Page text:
Why aren’t there more Agile luminaries developing and selling software?

Have you noticed that few Agile luminaries earn a living from writing and selling software? Many do write code as consultants. Other are respected authors of non-commercial open-source development tools. Some do work for software companies such as RallyDev or ThoughtWork Studios, though it seems that most visible presenters coming from there are consultants or at least business-facing types. But almost none actually make money directly by doing what they teach others to do.

James Shore mentioned working on his own startup with Arlo Belshee and Kim Wallmark, but that was more than a year ago and we haven’t heard much since. Ward Cunningham is CTO of a website, which come reasonably close to being a software house. In fact, Kent Beck is the only example I know of someone who actually tries to make a living out of writing and selling software (with mixed results). Tellingly, Ward and Kent are not very visible on the conference circuit anymore (though they are certainly interviewed regularly).

Programmer on "Vacation"

This lead to an interesting discussion yesterday on Twitter with Deborah Hartmann Preuss, Alexandru Bolboaca, Willem van den Ende, Brian Marick, and Jeffrey Fredrick (see transcript at the end of this post).

I think most Agile personalities have become addicted to the relatively easy money of consulting. Why would they risk get a software product out in the highly competitive software market? It is so easy to just found your own consultancy. It is probably related to age, too, as you do need to have lots of spare energy for late night coding (Paul Graham once wrote that the ideal age to start a startup was between 23 and 38).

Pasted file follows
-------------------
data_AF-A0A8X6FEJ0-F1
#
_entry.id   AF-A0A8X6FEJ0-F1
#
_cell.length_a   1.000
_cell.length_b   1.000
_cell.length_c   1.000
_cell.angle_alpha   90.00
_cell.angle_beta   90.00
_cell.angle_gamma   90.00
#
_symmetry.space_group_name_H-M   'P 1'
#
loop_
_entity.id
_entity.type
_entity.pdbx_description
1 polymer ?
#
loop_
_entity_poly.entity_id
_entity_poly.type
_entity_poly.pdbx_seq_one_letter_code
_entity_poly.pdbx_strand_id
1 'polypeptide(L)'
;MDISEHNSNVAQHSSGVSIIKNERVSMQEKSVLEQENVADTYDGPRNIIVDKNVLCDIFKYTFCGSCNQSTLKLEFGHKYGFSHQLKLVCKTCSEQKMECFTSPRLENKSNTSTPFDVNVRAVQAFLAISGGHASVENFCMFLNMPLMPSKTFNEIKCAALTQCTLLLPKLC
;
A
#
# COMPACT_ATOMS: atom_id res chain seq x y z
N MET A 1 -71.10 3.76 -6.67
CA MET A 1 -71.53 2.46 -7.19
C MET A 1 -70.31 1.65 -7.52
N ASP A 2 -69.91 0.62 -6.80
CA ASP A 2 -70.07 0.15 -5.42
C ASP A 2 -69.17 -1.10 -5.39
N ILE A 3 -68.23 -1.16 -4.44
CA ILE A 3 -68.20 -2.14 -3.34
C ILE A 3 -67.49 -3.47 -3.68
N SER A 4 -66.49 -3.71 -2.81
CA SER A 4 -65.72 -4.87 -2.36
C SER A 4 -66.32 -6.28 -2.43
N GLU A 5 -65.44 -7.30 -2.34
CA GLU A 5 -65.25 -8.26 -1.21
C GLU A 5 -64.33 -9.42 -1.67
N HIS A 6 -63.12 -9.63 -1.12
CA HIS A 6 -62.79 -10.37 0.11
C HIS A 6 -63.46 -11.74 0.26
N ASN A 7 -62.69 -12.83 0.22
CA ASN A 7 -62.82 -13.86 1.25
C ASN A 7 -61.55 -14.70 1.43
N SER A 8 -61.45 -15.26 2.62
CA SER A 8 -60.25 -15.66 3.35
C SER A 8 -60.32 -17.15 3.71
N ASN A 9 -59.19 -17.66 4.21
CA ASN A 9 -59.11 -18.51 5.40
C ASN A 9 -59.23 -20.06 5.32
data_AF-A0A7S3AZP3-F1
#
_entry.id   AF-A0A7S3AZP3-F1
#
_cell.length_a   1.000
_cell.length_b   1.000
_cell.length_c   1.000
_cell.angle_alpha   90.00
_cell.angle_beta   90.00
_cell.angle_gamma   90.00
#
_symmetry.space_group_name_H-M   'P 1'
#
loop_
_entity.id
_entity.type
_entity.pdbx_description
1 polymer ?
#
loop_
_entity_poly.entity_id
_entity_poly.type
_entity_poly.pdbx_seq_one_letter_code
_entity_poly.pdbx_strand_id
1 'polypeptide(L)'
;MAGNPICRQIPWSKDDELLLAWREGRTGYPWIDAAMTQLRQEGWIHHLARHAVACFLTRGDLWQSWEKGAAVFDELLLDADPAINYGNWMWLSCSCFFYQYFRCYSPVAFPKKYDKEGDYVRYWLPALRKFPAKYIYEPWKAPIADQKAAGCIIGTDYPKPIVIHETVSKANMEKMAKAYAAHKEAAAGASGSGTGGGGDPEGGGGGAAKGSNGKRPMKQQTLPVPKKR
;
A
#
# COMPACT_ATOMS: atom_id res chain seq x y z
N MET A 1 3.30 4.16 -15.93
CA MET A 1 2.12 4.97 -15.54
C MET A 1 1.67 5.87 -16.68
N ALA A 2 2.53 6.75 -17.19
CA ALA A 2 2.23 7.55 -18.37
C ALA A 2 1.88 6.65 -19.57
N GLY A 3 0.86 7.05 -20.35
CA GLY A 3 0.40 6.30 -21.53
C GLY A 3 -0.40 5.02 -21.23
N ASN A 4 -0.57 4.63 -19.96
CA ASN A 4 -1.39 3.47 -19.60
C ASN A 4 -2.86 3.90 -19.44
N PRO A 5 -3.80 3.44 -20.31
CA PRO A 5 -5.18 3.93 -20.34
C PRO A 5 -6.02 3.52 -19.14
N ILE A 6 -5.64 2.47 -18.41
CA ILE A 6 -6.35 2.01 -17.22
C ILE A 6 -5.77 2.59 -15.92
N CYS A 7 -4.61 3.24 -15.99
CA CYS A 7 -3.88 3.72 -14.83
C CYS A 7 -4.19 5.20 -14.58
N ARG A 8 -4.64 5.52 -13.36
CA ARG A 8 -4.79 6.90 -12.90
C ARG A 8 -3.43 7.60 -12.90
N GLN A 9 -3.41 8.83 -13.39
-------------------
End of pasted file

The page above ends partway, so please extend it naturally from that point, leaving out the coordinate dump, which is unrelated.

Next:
In fact, as I argue below, I do not believe that “being agile” is viewed as a desirable trait for a startup and I’m sure it might even deter some of the most likely candidates to create one, as it is now viewed as a process for medium to large companies. What is viewed as needed is raw hacking powers, even if that means making things hang together with duct tape. Agile techniques might be preferable, but their ROI will become mostly apparent after two years, an eternity for a startup.

So, Agile luminaries are not starting software development ventures, and the founders of successful startups that use Agile techniques probably do not have the time or the will to tell the rest of the Agile world how they did it.

This is regrettable. I wish there was more cross-pollination, like 37signals has done with Getting Real. Where are the others?

Transcript of our conversation on twitter:

  • elefevre Wondering why so few Agile luminaries are into the commercial software business.
  • alexboly @elefevre I think Kent Beck said it best: “As a business man, I’m a very good software developer” :)
  • elefevre @alexboly interestingly, he seems to be the only one actually trying to make a living selling software (seems hard)
  • mostalive @elefevre because they are too busy consulting or marketing? want to publish own commercial product? work happens in odd hours -> slow
  • alexboly @elefevre As a programmer I would rather live in Castalia (http://goo.gl/AzQn) As a business man, I need to live in the real world.
  • elefevre @mostalive sure they do consulting. But if agile dev is really better, then products they would make ought to be better too. => Profit?
  • DeborahH @elefevre I guess Mike Beedle (PatientKeeper) is an exception, then. Co-author of first Scrum book.
  • mostalive @elefevre Profit yes, and, consulting & product development don’t really mix, as the business drivers point in opposite directions.